- 27 February 1998 near Cape San Martin, California. A single right whale was spotted off the Big Sur Coast, fleeing a pair of apparently
aggressive gray whales in an unusual interaction observed by Monterey Bay National
Marine Sanctuary officials. Monterey Bay Sanctuary Superintendent Bill Douros and
NOAA Corps. pilot Lt. Commander Matt Pickett, were aboard the Sanctuary airplane
along the Big Sur Coast near Cape San Martin, when large splashes appeared in the
ocean below them, near a pod of gray whales. "We looked down and saw a large
black whale being chased by several gray whales," Douros said. Pickett, who
has flown right whale census projects off the East Coast, confirmed the sighting.
"There were probably 12 gray whales in an area about a quarter square mile
near the right whale, although only two were obviously interacting with the right
whale. We saw one group of six gray whales swimming together, northbound, several
hundred yards south of the right whale," Douros added. For about 15 minutes
Douros and Pickett circled the whales, watching the right whale veer back and forth,
splash and dive repeatedly as it tried to elude the pursuing gray whales. Eventually
the right whale submerged for an extended period and Douros and Pickett continued
their flight. While the right whale was swimming northbound, eluding the gray whales,
neither Douros or Pickett were confident that they could predict the whale's overall
direction of travel. "It's an extraordinary, unprecedented sighting,"
said Alan Baldridge, a cetacean expert recently retired from Stanford University's
Hopkins Marine Laboratory, "We've never heard of aggressive behavior between
baleen whales. We see aggressive interactions between baleen and toothed whales
- such as orcas. But nothing like this."
- 2 April 1996 1 right whale, estimated to be 13m in length of undetermined
sex, was sighted in the company of 3 humpback whales off the western coast of
Maui, Hawaii (20°56' N, 156° 46' W). The right whale appeared to initiate
social interactions with the humpbacks. This is the first sighting of right whales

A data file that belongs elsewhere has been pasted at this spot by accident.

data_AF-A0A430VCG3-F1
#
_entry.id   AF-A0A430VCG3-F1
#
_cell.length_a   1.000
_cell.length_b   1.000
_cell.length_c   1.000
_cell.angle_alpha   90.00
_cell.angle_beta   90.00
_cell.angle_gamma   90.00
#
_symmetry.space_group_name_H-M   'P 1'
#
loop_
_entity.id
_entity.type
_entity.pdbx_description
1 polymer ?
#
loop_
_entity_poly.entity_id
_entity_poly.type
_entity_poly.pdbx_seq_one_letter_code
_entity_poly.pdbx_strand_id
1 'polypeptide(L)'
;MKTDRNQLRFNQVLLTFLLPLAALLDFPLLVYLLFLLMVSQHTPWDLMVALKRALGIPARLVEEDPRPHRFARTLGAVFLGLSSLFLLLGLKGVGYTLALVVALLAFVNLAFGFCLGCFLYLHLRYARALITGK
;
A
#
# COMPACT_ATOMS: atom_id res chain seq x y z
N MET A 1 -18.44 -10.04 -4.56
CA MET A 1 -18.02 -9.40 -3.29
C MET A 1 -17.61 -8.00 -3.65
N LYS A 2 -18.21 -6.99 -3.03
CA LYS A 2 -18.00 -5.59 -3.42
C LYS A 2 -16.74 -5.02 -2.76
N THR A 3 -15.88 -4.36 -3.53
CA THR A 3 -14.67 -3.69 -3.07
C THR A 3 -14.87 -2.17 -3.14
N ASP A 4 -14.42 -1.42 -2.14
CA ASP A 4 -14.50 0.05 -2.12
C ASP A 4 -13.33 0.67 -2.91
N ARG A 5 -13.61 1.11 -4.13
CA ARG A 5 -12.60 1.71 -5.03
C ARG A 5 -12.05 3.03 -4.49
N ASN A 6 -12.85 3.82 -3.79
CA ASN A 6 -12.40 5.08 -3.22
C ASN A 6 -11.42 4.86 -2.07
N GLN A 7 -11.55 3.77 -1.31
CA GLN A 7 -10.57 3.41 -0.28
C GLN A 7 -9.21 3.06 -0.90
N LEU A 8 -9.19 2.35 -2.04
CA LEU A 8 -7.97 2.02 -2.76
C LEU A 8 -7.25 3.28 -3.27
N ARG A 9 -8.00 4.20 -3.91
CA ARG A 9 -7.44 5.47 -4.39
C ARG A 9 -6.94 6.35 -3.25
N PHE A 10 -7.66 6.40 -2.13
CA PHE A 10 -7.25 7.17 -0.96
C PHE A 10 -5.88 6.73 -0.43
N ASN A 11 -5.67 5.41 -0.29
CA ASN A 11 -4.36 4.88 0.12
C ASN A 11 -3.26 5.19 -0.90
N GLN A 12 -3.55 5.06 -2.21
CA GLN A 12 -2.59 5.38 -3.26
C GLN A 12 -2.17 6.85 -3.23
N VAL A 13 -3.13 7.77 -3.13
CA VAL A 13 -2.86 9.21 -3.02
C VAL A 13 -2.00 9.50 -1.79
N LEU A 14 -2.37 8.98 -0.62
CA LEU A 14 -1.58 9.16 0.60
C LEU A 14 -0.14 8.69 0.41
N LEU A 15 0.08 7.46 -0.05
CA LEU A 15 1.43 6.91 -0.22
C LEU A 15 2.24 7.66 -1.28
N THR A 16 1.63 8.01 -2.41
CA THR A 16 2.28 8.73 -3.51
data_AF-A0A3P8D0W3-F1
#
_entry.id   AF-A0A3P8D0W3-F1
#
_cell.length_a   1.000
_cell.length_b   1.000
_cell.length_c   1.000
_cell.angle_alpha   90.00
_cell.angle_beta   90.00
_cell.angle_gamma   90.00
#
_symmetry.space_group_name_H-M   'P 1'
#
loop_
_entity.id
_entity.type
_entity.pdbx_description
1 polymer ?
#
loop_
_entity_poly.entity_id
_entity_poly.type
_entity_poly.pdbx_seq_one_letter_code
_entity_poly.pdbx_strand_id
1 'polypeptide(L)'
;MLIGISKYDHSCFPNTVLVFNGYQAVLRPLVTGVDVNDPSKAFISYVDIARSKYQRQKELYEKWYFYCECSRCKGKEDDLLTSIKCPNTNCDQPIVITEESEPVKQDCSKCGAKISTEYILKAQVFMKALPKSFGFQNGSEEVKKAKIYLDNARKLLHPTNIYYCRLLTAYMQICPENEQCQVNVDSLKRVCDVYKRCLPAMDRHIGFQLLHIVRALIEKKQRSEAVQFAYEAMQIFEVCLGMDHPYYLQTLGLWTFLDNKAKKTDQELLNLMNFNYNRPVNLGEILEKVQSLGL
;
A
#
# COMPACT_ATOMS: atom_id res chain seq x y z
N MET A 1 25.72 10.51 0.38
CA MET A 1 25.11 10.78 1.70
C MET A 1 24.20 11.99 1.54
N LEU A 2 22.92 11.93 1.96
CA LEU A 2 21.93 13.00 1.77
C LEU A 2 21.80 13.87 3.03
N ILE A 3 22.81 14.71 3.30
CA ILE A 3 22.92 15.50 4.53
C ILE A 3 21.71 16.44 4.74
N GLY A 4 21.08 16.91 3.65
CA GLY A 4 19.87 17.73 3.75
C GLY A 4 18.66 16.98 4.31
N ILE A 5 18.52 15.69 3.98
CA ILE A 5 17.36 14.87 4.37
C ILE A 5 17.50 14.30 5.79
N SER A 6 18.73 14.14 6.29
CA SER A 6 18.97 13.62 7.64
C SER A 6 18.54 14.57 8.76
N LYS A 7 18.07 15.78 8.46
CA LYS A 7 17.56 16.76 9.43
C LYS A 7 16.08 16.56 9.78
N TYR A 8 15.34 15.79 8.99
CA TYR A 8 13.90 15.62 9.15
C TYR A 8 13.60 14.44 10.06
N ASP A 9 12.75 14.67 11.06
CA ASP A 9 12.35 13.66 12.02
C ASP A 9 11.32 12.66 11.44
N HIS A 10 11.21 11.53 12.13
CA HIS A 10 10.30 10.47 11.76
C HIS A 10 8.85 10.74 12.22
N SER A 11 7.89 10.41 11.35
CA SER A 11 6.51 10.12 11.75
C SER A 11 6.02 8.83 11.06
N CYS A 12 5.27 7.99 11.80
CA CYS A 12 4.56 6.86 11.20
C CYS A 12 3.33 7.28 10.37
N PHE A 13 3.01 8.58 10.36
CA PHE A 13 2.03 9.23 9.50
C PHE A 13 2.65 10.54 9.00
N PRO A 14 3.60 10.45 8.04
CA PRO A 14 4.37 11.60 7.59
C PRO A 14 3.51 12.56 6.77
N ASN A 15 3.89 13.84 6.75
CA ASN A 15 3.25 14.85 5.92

near Hawaii since 1979. Salden, D.R. and Mickelsen, J. 1999. Rare sighting of a
North Pacific right whale (Eubalaena glacialis) in Hawai'i. Pacific Science
- 19 February 1996 15 km off Cabo San Lucas, Mexico
(23° 02' N, 109° 30' W). A single right whale was seen by D. Gendron. This is only the third confirmed sighting of a right whale off Baja, although
Scammon suggested they may have been common there. Gendron, D. Lanham, S., and Carwardine,
M. 1999. North Pacific right whale (Eubalaena glacialis) sighting South of
Baja California. Aquatic Mammals 25(1):31-34.
- 3 May 1995 off Piedras Blancas, CA (Rowlett
et al in prep, ?)
- 24 May 1992 off Cape Elizabeth, Washington (Rowlett
et al. 1994, Northwest Naturalist 75: 102-104).
- 24 March 1992 70km SW of the SE tip of San Clemente Island,
CA (Caretta et al. 1994. Marine Mammal Sci. 10(1):101-105.
- 9 May 1990 one animal 17m, 8 miles N of Santa Catalina
Island,CA (Scarff, 1991).
- 5 February 1988 . one animal. La Jolla, CA (W.
Perrin, pers. comm)
- 20 March 1982. one adult 1.5 km off Pillar Point (Half Moon Bay), CA (Scarff, J.
- 17 April 1981 one 14m animal near Santa Barbara, CA
(Woodhouse & Strickley, 1982).
- 13 September 1974 . 60 km W of Fort Bragg, CA
- 11 March 1965 . one 15m animal 12km SW Punta Abreojos,
Baja (Rice & Fiscus 1968)
- 10 May 1963 . 44 km SSW Farallon Island (Rice
& Fiscus 1968)
- 11 April 1963 . one <9m animal 61 mile SW Pigeon Point,
CA (Rice & Fiscus 1968)
- 13 May 1959 . one 13m animal 16 miles SW Pt Montara, CA
(Rice & Fiscus, 1968)
- 31 March 1955 . one 13m animal off La Jolla, CA